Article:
Migratory Bird Treaty Act

This critical law saves millions of birds' lives each year.

A flock of Western Sandpipers. Photo: Don McCullough/Flickr Creative Commons

May 24, 2018 -- National Audubon Society has filed suit against the Department of the Interior, challenging its move to eliminate longstanding protections for waterfowl, raptors, and songbirds under the Migratory Bird Treaty Act (MBTA). Read the press release here.

Read the full text of National Audubon Society v. U.S. Department of the Interior.

The Migratory Bird Treaty Act is America’s most important bird protection law. Passed in 1918 with the support of Audubon advocates and other early conservationists, the Migratory Bird Treaty Act (MBTA) protects nearly all of our country’s native birds. The law carries out the 1916 Migratory Bird Treaty with Canada, and later treaties signed with Mexico, Japan, and Russia, in order to protect our nation’s shared bird species. The MBTA is credited with saving numerous species from extinction, such as the Snowy Egret, Wood Duck, and Sandhill Crane, and millions, if not billions of other birds.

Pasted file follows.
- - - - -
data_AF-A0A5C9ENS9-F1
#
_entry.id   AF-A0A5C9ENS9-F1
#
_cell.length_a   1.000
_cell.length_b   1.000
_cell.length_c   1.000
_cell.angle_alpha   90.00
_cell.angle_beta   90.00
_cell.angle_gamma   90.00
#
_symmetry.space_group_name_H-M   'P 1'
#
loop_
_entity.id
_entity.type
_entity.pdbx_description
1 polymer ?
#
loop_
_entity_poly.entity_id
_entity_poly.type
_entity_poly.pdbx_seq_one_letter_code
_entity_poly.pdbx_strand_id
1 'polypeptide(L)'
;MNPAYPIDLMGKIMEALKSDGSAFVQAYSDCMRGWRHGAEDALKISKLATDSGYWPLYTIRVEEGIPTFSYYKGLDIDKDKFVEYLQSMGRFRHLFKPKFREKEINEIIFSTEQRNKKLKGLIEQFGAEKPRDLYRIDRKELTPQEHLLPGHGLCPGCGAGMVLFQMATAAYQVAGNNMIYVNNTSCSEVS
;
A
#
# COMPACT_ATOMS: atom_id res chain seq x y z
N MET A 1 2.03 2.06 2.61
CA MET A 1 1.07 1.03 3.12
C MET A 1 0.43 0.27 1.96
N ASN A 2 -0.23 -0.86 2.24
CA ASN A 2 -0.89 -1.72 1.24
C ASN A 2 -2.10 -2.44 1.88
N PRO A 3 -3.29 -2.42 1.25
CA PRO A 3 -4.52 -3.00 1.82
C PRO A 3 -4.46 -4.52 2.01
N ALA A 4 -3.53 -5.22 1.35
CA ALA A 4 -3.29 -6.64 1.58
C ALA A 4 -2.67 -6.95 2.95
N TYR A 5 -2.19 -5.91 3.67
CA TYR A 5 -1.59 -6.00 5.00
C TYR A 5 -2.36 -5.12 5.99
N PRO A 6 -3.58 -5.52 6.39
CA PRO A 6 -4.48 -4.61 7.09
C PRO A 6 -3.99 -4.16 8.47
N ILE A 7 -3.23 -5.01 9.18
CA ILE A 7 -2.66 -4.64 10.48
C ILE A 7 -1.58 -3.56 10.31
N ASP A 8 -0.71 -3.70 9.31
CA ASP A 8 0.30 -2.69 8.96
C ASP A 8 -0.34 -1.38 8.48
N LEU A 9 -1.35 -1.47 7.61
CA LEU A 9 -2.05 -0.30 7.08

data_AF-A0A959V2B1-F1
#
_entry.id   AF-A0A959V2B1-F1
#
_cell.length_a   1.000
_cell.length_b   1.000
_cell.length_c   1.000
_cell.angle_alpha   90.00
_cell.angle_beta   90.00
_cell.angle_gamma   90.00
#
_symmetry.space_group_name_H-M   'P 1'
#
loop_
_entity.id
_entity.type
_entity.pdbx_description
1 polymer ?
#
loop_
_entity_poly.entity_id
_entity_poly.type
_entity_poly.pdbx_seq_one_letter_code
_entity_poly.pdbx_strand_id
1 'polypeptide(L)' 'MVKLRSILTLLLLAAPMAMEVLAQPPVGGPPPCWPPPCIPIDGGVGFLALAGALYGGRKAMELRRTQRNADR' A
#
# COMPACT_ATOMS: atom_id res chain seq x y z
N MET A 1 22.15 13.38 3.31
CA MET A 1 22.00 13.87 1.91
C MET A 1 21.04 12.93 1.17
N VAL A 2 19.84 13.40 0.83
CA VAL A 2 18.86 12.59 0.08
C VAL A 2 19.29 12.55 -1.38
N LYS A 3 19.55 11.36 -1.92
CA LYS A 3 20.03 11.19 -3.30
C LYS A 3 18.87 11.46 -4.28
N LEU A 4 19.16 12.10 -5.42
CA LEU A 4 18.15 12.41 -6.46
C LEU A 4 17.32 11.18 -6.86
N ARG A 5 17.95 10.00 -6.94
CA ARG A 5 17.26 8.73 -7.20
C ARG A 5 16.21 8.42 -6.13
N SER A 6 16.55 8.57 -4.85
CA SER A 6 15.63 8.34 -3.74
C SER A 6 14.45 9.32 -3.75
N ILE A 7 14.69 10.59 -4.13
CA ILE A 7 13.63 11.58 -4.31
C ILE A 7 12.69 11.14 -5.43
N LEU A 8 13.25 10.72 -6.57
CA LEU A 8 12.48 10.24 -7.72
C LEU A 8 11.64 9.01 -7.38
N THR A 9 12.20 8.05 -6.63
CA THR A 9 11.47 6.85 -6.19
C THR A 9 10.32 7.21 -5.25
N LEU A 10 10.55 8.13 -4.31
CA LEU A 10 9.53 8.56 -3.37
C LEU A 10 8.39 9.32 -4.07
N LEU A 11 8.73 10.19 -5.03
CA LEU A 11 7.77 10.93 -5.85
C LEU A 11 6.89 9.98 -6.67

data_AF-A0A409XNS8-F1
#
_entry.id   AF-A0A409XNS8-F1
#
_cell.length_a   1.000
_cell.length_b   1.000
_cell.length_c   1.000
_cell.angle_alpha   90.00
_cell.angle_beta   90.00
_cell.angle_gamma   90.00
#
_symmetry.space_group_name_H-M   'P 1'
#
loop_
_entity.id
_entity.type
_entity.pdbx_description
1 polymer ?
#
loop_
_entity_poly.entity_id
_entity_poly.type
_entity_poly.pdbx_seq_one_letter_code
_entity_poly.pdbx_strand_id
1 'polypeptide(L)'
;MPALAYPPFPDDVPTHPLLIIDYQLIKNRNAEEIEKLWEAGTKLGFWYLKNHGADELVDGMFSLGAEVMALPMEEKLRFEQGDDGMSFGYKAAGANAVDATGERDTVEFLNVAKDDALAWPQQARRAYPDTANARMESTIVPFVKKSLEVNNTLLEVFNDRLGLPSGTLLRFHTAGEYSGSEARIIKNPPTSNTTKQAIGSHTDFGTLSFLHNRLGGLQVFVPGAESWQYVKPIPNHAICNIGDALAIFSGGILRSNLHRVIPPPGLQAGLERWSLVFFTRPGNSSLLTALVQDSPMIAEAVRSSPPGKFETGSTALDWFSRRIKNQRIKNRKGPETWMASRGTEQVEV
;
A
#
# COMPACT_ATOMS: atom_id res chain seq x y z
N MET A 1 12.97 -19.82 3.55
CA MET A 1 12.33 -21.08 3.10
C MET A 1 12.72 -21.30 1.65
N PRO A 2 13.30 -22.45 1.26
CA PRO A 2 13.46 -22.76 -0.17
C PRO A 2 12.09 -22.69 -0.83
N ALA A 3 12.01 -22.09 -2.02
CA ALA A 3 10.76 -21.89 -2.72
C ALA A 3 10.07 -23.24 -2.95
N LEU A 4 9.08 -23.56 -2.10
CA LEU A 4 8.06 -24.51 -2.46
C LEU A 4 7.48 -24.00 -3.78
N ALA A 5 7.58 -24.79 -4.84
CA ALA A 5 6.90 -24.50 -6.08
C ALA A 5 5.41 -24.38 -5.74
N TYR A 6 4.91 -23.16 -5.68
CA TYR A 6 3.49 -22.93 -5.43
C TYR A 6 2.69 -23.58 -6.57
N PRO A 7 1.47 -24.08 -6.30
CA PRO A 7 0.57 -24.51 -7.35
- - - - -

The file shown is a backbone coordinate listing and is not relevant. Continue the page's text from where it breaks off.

Yet, even as we celebrate 100 years of the law in 2018—the Year of the Bird—the MBTA has come under attack. The Trump administration announced an interpretation of the MBTA that would give a free pass for all bird deaths from industrial activities, and similar legislative proposals have been advanced in Congress.

To help defend the Migratory Bird Treaty Act, read on below to find links with more information, read our one-pager on how the MBTA and industry can work together, or check out our fact sheet. Visit our action page to write to Congress and the administration, and consider writing a Letter to the Editor of your local paper. 

Defend the Migratory Bird Treaty Act

Join us as we work to keep birds safe now, and for the future.

Oiled Brown Pelican. Photo: Kim Hubbard/Audubon